The booming technology trade that helped lift the market to new highs during the pandemic continues to unwind Thursday as Treasury yields spike further on dovish comments from the Federal Reserve, which experts believe could be fueling concerns over rising inflation and lower stock-market valuations.
- Shortly after the market open, the Dow Jones Industrial Average, which closed above 33,000 points for the first time Wednesday, ticked up 65 points, or 0.2%, while the S&P 500 fell 0.7% and the tech-heavy Nasdaq plunged 1.7%.
- Yields on the 10-year Treasury–a bellwether of investor sentiment in equity markets that moves inversely to stocks–surged 10 basis points Thursday morning to roughly 1.75%, their highest level since January 2020.
- Big tech stocks–which have fallen as much as 10% from their mid-pandemic highs last year–are still catching a lot of the heat from rising yields, with Amazon, Alphabet, Facebook and Apple all down roughly 1%, while Tesla sinks 2.5%.
- On the other hand, cyclical stocks that tanked at the height of pandemic uncertainty continue to outperform the market: energy company PPL, cruiseliner Carnival and insurance firm Lincoln National are all up between 2% and 3% Thursday morning.
- On the earnings front, shares of Dollar General, which surged more than 40% to a record high last year, are falling 5% after the retailer posted lower-than-expected earnings for the fourth quarter and warned that a post-Covid return to normal would tank the firm’s sales more than it previously thought.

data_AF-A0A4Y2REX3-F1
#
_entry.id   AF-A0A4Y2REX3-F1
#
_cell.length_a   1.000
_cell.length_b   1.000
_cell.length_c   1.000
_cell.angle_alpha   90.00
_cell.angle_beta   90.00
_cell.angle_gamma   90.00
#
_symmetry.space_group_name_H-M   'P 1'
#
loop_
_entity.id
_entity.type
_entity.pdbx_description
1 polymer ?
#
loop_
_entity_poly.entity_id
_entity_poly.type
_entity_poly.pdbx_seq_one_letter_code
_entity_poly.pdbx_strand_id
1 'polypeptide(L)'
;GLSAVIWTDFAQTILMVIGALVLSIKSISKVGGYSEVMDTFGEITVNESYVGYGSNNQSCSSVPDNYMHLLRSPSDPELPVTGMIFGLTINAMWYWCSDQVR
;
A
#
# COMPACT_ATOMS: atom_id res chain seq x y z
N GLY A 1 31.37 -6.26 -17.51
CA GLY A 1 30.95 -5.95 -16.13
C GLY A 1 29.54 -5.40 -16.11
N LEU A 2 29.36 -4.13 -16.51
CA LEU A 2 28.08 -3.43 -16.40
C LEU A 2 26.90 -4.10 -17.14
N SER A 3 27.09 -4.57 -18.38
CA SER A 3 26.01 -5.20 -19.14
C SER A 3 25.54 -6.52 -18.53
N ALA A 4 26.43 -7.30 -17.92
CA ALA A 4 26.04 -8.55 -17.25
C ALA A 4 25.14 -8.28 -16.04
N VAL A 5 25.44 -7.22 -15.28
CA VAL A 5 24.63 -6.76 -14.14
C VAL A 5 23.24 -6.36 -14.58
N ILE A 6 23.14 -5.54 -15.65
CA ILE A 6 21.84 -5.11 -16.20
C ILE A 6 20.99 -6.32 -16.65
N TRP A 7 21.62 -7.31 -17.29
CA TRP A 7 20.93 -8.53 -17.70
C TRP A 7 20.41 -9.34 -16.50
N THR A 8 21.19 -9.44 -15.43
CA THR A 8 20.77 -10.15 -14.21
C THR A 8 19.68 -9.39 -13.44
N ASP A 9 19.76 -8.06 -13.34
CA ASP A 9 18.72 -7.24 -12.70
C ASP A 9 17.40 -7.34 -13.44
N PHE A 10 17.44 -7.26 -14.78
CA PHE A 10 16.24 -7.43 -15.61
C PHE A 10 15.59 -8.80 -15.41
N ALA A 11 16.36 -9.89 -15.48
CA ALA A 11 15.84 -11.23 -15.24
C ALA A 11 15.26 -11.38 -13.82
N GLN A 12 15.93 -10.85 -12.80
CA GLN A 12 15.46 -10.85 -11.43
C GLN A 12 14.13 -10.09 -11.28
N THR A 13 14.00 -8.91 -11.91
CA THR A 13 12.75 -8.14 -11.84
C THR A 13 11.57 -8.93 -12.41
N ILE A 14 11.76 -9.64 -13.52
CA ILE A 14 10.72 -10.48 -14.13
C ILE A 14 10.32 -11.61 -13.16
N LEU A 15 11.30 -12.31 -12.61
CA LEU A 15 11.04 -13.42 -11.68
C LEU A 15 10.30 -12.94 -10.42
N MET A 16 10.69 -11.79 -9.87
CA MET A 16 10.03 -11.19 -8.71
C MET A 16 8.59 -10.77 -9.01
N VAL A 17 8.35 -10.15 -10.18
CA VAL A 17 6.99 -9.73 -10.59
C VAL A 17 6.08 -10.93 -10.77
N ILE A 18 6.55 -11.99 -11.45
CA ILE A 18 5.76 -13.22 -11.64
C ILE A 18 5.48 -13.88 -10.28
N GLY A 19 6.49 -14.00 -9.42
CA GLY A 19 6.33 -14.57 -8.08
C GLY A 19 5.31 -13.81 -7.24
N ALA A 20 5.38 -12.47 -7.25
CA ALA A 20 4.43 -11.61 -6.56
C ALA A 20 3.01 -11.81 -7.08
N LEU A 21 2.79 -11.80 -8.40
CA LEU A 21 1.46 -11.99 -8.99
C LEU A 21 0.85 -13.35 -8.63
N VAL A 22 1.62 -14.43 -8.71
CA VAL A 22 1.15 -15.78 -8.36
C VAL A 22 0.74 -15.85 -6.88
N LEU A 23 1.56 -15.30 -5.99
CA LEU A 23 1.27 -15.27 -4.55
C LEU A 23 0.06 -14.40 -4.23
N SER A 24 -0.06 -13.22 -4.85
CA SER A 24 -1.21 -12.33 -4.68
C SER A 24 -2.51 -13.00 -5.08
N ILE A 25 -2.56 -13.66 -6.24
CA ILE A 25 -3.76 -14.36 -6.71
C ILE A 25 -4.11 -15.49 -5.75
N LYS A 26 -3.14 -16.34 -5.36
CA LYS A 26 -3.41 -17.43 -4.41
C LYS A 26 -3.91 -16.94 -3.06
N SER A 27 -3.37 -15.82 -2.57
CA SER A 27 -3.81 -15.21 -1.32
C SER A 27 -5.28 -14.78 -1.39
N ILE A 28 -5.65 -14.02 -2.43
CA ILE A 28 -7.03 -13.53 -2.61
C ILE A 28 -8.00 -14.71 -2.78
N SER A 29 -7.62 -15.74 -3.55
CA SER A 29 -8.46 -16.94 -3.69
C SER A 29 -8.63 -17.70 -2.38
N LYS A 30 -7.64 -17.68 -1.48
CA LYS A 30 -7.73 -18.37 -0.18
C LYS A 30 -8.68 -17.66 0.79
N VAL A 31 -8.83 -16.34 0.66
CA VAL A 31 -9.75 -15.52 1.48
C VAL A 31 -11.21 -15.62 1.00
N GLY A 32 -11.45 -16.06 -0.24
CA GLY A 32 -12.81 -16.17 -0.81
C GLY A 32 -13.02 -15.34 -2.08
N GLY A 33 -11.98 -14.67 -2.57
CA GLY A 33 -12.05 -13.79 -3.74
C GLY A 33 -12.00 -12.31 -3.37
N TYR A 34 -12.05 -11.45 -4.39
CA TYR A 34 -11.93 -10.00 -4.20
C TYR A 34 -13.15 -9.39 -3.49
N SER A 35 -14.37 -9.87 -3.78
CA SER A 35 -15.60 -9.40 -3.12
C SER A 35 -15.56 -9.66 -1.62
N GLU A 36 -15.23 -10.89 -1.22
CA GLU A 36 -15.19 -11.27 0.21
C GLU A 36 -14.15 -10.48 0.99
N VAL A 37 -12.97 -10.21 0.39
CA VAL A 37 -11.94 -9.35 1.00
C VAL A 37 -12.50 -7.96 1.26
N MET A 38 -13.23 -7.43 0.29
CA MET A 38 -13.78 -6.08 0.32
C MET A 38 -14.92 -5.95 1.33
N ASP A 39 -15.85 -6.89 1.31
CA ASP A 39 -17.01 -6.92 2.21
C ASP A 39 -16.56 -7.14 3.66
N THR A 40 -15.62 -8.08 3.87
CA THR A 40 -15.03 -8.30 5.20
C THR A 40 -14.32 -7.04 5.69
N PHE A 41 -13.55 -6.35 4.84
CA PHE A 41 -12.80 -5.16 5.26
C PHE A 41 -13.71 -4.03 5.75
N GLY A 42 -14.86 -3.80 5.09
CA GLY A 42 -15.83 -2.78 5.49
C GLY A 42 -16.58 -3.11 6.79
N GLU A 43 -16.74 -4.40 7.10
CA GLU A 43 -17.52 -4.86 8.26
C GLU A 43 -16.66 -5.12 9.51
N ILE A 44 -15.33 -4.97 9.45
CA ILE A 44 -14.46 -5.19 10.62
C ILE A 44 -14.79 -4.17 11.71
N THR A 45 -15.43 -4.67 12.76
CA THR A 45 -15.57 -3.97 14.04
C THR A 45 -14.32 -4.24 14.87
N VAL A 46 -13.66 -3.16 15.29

- Meanwhile, the Labor Department reported that there were 770,000 new jobless claims last week–climbing sharply from the week prior and coming in worse than economists feared as layoffs continue to hit service industries particularly hard.
“Yields are surging this morning as the Fed threw caution to the wind and kept policy at max accommodation despite the markedly improved macro backdrop,” Vital Knowledge Media Founder Adam Crisafulli said in a note Thursday. “The market’s reaction with regards to the Fed is evolving–a dovish, or accommodative, stance being positive has defined the equity relationship to monetary policy for years, but that no longer may be appropriate as accommodation fuels inflation expectations and drives yields higher, thus undercutting the S&P’s multiple.”
Yields on the 10-year Treasury have soared more than 125 basis points since their pandemic low in July. Higher returns on the risk-free asset class have heightened concerns over sky-high tech valuations and pushed the Nasdaq down about 5% from a February high. Over the same period, the S&P is up about 0.5%, and the Dow has soared more than 5%. The Fed on Wednesday said it expects the economy to run hot this year, with projected GDP growth of 6.5% (compared to a 3.5% decline last year) and year-end unemployment of 4.5% (compared to 6.2% last month). To help bolster that growth, the central bank says it will leave the Federal Funds rate near 0%.